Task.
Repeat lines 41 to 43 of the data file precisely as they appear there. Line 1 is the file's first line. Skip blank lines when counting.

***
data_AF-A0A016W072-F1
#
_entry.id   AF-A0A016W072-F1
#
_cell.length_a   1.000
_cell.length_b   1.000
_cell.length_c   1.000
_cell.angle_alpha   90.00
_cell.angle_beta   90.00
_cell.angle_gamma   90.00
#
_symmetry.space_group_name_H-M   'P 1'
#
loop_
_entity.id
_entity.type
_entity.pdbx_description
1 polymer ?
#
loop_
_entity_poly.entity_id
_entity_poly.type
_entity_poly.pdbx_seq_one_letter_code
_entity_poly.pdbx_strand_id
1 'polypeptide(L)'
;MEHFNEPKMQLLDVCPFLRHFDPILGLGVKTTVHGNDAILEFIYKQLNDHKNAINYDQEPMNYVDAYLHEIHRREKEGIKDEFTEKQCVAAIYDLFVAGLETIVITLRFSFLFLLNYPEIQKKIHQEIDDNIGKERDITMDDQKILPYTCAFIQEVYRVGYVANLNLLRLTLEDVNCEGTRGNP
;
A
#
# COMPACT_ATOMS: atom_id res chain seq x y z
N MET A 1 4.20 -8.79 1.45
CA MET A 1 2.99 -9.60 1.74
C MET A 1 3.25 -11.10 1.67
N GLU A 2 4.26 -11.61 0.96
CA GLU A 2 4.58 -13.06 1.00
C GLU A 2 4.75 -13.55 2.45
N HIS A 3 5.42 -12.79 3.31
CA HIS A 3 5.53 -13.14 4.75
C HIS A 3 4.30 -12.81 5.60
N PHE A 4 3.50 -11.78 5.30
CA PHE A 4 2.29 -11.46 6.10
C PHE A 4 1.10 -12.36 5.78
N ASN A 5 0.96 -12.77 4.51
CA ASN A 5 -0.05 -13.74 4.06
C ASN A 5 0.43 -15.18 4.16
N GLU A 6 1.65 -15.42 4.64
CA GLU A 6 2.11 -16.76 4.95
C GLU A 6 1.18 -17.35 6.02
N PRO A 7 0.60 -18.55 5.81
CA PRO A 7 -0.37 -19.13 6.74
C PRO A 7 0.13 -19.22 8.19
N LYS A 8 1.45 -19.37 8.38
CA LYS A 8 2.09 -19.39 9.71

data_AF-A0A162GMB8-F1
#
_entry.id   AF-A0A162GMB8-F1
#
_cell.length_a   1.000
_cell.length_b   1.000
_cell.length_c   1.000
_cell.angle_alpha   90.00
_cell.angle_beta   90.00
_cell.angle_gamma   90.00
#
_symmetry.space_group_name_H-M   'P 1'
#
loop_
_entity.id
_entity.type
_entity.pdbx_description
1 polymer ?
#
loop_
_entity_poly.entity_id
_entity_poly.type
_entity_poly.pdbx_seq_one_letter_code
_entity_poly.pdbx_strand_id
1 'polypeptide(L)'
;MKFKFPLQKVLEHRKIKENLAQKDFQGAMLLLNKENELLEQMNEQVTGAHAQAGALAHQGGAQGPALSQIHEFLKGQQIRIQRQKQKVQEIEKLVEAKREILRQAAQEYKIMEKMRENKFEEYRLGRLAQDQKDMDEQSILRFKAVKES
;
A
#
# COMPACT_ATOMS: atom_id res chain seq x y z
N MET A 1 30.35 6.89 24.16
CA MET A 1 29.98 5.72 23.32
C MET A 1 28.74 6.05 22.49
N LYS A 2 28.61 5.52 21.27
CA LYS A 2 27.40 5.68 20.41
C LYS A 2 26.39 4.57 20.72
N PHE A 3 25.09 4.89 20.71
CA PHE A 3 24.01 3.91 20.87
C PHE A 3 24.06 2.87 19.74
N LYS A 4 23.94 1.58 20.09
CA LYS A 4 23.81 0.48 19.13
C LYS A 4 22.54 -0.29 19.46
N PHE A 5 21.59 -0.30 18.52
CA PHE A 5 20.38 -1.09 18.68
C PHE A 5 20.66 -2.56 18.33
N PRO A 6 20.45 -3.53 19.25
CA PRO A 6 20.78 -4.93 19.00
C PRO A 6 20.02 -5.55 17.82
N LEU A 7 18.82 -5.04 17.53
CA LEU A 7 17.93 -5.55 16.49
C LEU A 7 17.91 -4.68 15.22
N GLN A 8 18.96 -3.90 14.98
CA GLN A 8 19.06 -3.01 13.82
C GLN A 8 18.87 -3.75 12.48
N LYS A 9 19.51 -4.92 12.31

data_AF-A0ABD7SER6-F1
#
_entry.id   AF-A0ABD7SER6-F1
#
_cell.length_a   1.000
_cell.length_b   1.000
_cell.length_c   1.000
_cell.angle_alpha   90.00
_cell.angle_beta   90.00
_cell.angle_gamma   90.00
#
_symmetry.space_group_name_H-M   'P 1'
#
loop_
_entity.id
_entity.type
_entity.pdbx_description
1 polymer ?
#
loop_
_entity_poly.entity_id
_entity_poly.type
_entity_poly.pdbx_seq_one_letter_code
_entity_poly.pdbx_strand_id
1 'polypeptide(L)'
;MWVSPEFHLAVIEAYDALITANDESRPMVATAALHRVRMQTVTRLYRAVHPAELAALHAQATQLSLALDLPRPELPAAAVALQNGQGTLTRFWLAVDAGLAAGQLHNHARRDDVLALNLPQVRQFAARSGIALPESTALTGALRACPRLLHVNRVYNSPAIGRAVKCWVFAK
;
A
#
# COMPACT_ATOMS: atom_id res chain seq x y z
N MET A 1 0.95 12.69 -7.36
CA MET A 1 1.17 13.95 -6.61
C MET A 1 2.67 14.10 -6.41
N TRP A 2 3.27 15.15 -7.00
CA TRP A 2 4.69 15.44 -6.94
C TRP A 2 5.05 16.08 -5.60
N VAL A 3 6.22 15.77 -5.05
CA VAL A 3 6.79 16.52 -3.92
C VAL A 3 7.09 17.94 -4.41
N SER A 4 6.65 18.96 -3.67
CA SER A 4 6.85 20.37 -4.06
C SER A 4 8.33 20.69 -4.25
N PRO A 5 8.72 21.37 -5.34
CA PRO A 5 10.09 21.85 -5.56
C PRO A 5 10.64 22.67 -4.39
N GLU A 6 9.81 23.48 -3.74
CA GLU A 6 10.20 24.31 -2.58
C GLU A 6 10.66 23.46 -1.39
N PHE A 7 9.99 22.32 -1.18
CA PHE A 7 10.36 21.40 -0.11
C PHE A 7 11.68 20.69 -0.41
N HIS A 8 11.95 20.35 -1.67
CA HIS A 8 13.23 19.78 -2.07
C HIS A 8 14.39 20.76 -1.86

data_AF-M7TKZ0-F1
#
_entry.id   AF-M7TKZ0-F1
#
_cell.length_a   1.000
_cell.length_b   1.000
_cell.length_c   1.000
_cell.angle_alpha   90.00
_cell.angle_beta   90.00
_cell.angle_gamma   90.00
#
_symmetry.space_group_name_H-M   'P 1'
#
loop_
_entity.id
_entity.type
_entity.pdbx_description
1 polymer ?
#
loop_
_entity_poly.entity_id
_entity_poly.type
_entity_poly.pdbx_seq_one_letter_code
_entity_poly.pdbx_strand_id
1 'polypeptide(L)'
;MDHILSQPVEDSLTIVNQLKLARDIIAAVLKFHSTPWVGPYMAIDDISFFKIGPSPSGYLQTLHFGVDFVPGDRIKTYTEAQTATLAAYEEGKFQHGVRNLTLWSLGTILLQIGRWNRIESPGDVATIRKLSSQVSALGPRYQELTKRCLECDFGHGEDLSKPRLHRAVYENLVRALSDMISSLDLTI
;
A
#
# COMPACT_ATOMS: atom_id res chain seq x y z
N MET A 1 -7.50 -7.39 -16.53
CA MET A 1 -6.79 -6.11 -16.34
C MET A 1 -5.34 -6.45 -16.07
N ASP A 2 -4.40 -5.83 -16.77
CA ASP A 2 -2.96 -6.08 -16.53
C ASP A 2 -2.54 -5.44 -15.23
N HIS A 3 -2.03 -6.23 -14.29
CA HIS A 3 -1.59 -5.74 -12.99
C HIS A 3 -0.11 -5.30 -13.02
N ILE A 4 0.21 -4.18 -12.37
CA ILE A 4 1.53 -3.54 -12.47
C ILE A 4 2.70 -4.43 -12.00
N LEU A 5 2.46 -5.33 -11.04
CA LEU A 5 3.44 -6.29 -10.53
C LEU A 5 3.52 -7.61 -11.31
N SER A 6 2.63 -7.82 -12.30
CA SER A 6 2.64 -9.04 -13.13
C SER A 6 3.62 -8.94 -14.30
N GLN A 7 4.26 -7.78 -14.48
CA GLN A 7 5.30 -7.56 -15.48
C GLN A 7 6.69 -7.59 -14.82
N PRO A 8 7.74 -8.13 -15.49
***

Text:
CA PHE A 4 2.29 -11.46 6.10
C PHE A 4 1.10 -12.36 5.78
N ASN A 5 0.96 -12.77 4.51